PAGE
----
Following the game, Rinne pointed to Scott Hartnell as the ringleader of Tuesday’s skate.

“I think it was number 17 who was kind of pulling for that,” Rinne said with a smile. “I was all for it. That was awesome, keep the tradition going for the rookies.”

Girard looked solid in his debut. Maybe it was the extra ice time he received prior to the start of the game.

‘Amazing teammate’ Brad Hunt rewarded with first game as a Predator

By Jim Diamond

When a hockey coach announces the team’s starting lineup prior to a game, each name called usually elicits some positive cheers from his teammates. Tuesday night, there was a little something extra when Predators head coach Peter Laviolette called Brad Hunt’s name as one of the two starting defensemen.

“Everybody was yelling, “Huntsy, Huntsy,’” goaltender Pekka Rinne said. “It was really good.”

Few players placed in a similar situation to what Hunt has experienced the last three months would have handled it with as much dignity and class as the 28-year-old defenseman has.

Claimed off of waivers from the St. Louis Blues on January 17th, Hunt has been a healthy scratch ever since, a stretch of 35 consecutive games with DNP – did not play – next to his name in the league’s statistics. That’s a long three months of just practices and extended work following morning skates. That can get old, and can get old quickly.

“If I would think about myself, it’s not the easiest situation and he’s handled it super well,” Rinne added. “It’s unbelievable his mindset. He works so hard. We were all really happy to see him get the ice time tonight and he did a really good job with Matty Irwin. I was really happy for the guy. He’s one of those guys who is an amazing teammate. He’s always in a good mood.”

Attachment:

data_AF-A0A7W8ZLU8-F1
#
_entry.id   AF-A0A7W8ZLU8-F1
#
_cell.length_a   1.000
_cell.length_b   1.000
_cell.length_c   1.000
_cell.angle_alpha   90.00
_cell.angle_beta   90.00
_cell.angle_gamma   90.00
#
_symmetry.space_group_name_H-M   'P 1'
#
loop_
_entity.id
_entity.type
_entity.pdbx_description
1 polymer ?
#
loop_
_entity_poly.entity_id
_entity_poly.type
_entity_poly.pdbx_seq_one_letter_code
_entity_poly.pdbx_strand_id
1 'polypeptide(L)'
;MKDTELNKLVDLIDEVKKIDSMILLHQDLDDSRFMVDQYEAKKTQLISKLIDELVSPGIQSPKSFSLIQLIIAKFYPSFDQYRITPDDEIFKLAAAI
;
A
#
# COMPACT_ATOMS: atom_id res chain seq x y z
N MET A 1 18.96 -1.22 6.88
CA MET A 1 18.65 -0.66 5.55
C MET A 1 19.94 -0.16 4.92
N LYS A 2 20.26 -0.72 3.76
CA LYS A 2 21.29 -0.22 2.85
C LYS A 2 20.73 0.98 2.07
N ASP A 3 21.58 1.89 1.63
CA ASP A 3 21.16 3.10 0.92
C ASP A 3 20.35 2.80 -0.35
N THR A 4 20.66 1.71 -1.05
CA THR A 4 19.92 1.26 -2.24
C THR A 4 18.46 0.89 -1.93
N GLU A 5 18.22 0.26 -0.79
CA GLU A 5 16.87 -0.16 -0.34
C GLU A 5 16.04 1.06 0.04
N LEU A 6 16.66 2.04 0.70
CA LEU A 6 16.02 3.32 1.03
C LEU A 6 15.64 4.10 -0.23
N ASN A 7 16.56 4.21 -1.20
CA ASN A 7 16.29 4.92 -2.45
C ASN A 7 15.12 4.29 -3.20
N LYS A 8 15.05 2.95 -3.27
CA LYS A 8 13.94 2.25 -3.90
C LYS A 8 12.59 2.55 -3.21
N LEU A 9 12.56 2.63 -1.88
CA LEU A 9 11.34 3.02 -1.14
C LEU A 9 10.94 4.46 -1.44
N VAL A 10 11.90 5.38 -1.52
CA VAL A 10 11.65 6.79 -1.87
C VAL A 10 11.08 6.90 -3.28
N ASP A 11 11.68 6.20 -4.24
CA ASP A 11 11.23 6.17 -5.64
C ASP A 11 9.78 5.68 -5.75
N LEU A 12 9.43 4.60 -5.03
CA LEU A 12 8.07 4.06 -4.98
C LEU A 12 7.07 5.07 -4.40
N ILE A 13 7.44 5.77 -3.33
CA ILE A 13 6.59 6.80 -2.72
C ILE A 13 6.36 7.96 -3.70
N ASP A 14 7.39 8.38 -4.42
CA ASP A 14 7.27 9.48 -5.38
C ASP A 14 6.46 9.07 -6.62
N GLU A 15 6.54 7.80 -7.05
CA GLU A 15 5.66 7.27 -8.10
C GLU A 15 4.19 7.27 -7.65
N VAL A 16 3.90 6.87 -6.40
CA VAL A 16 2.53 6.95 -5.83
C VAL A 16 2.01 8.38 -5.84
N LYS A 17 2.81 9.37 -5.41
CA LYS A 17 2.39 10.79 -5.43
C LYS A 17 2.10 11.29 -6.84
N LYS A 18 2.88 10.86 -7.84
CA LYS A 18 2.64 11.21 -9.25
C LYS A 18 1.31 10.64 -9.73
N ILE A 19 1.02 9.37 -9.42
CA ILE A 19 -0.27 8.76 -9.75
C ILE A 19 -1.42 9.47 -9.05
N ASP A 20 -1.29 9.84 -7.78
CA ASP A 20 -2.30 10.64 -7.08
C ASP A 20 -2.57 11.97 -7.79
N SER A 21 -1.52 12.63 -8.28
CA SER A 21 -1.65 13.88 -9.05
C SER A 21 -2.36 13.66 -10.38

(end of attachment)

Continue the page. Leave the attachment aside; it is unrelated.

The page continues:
At the time of Hunt’s waiver claim, the Predators were without the services of both Roman Josi and P.K. Subban, both out due to upper-body injuries, leaving the team hurting for blueliners. Soon after Hunt joined the team, Josi and Subban healed, leaving eight healthy defensemen on the roster.

Hunt’s last game played with the Blues was January 10th against Boston. His last goal, and only goal of this season, was December 13th, scored in Nashville against the Predators. It’s safe to say that most in attendance, media included, at Bridgestone Arena Tuesday night would not know Hunt if they were standing next to him.

Not having a next game to look forward to, a player can easily become a malcontent and make things difficult for all around him. That didn’t happen in Hunt’s case.

“It was really good,” Laviolette said. “This is a kid that has worked hard every day for a few months now just waiting for a game, waiting to get his number called and he did tonight. It was great to see him because it was our first look at him inside of a game. He’s a real good skater, a good puck mover. I think just getting him out on the ice and getting eyes on him was important again as we move forward towards the postseason.”

Having already clinched a spot in the playoffs, the game did not mean a whole lot for the Predators, but they are still jockeying for position in the Western Conference standings. They have an outside chance of catching the St. Louis Blues for third place in the Central Division, meaning they would play the Minnesota Wild in the opening round of the playoffs. There is a better chance that they can catch and surpass the Calgary Flames for the first wild card spot, which would match the Predators with the first-place team in the Pacific Division, currently the Anaheim Ducks.